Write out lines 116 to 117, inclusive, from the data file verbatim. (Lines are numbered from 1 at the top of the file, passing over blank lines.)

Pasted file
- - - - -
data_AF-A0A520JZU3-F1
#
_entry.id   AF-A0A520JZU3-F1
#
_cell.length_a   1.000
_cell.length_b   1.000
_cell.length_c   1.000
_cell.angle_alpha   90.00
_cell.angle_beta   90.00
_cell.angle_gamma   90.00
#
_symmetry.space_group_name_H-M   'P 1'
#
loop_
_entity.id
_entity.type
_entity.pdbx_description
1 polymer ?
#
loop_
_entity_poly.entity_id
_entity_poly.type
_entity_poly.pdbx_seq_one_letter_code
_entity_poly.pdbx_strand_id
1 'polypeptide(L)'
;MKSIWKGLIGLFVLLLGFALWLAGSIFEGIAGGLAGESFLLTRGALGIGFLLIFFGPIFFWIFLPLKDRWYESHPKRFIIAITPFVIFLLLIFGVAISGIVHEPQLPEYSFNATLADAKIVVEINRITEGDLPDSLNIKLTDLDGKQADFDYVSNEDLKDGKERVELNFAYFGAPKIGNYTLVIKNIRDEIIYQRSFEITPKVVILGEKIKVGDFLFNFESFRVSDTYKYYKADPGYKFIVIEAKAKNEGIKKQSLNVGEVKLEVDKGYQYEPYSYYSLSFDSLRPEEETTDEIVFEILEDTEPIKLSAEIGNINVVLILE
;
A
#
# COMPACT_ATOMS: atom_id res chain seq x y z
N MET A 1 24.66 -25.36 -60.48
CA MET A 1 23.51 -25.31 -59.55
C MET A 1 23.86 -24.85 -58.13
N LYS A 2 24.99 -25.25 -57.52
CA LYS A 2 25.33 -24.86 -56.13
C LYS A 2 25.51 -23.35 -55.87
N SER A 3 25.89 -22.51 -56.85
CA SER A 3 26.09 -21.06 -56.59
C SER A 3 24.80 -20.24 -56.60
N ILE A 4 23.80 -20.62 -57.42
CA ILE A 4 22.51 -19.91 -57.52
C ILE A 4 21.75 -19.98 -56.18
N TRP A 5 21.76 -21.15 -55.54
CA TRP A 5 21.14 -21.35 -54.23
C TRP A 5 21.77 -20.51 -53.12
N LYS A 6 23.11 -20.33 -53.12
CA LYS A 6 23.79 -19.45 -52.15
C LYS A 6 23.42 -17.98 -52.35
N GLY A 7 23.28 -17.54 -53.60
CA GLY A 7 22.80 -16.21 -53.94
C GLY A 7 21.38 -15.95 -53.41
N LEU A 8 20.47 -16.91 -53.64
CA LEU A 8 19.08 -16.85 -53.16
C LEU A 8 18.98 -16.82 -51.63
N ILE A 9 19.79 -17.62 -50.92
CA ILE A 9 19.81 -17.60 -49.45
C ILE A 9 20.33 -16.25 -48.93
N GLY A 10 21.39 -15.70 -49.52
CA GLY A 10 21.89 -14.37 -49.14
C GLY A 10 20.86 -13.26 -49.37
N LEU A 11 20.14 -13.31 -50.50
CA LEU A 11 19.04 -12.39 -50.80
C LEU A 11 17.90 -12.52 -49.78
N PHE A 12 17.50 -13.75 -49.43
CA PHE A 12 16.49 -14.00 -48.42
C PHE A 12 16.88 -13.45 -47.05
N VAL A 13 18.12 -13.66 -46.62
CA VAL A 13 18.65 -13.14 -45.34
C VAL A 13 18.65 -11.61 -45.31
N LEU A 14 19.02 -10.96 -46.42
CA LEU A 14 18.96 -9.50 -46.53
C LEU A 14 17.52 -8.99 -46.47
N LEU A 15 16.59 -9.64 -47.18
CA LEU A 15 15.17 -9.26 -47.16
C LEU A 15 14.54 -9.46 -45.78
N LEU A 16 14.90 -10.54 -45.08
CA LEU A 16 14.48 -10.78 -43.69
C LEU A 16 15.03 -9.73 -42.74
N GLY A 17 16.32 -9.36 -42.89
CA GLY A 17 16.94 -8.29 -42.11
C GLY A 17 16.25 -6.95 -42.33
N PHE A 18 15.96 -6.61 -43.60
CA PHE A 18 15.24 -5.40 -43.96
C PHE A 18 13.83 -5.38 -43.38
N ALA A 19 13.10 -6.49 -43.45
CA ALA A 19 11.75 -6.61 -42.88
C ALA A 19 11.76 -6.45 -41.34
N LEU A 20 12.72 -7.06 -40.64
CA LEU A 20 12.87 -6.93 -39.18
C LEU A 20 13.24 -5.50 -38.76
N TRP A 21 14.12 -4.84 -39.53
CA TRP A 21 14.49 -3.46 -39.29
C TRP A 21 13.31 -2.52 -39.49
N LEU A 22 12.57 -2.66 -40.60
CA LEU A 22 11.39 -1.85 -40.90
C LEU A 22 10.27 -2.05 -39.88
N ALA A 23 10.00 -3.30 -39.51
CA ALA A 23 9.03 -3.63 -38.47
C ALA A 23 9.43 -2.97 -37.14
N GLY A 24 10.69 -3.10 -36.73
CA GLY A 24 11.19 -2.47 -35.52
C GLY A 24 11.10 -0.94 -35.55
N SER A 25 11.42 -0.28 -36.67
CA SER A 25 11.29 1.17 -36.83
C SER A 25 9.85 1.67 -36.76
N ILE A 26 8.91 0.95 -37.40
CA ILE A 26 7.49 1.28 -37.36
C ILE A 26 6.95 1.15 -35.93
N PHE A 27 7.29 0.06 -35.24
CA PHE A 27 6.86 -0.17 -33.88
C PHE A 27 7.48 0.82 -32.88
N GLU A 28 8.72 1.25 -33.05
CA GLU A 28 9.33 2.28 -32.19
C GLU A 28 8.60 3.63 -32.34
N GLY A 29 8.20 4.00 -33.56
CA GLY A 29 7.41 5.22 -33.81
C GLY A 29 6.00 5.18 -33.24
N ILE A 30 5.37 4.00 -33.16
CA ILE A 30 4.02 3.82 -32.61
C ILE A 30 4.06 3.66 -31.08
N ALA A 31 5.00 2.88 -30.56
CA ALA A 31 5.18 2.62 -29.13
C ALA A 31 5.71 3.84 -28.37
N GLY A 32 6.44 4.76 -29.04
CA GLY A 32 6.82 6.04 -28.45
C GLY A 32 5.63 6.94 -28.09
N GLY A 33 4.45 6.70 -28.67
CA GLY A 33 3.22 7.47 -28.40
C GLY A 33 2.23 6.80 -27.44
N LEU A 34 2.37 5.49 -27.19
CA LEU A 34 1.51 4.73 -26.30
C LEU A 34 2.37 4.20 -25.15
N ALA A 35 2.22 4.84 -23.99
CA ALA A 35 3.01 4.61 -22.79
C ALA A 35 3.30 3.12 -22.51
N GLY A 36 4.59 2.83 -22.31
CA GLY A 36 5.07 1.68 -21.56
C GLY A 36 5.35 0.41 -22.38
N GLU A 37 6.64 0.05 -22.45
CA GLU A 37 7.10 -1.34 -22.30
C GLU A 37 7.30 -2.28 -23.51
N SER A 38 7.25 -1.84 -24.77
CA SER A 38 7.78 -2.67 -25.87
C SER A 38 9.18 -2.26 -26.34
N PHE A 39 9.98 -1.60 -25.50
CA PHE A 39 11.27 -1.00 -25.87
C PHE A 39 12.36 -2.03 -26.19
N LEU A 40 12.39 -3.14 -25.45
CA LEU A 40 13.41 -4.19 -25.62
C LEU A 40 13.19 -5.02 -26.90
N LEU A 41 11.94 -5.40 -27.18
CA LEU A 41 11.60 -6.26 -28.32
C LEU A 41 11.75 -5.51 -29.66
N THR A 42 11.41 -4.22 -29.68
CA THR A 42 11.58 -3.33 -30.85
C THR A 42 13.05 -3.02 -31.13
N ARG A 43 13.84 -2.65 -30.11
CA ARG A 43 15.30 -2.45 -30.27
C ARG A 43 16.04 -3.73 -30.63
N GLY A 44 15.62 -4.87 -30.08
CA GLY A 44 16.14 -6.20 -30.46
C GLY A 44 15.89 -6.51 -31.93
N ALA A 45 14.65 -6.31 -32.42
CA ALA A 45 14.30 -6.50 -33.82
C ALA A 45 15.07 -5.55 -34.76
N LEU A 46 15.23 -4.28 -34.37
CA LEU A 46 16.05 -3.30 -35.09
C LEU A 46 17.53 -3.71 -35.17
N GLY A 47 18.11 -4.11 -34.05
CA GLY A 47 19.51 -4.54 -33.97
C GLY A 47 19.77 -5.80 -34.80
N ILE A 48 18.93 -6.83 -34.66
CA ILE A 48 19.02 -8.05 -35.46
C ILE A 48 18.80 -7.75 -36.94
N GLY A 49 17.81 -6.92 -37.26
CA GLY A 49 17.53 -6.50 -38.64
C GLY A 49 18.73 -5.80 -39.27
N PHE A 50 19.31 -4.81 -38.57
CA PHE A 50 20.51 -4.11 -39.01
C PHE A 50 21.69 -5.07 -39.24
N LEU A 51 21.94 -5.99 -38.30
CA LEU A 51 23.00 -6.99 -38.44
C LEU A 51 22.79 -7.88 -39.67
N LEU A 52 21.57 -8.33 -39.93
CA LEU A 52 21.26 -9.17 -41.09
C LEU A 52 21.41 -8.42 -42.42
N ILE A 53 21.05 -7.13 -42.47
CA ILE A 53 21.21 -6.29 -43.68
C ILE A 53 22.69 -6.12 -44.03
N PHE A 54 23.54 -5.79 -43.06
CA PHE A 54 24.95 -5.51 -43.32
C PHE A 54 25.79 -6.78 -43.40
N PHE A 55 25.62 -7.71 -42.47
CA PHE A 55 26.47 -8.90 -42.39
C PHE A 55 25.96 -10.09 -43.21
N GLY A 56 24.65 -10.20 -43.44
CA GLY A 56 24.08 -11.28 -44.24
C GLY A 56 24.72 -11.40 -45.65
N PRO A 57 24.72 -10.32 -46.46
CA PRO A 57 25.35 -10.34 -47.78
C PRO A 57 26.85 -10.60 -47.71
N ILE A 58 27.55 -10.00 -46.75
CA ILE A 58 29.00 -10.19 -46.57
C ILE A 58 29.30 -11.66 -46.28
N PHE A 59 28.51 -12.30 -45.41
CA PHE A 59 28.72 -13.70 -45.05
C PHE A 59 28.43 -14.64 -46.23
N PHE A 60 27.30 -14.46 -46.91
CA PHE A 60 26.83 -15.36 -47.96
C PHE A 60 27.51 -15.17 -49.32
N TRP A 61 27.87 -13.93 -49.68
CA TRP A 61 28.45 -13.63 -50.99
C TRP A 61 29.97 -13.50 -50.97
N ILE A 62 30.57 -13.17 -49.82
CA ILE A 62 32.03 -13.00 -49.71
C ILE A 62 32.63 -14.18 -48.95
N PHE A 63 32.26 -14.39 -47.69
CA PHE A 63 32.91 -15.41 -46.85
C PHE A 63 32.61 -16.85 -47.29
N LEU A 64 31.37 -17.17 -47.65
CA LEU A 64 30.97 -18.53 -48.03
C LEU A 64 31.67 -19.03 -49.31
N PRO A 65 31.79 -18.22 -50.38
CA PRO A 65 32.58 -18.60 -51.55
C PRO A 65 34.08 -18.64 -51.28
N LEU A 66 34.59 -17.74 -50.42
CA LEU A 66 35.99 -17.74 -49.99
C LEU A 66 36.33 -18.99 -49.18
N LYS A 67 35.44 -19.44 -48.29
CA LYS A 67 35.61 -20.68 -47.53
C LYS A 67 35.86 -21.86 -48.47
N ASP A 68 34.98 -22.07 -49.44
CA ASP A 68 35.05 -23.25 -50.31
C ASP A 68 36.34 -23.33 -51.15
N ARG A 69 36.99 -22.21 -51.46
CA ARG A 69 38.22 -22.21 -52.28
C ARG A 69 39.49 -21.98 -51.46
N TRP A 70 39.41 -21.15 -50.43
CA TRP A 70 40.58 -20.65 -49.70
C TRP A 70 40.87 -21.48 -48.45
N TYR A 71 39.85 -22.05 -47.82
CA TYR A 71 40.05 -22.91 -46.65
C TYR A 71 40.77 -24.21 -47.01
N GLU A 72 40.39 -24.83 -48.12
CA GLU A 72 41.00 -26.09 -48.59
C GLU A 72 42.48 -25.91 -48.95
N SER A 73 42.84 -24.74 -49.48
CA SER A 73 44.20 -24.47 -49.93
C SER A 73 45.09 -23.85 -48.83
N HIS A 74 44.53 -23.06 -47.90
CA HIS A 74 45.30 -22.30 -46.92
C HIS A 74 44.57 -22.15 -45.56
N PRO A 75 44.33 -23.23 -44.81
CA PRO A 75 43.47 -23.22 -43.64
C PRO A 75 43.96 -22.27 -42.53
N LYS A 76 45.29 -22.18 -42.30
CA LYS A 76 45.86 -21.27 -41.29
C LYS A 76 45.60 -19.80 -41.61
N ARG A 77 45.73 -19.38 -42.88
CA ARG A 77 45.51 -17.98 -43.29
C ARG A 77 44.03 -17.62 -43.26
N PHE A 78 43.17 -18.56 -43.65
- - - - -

CA GLY A 29 7.41 5.22 -33.81
C GLY A 29 6.00 5.18 -33.24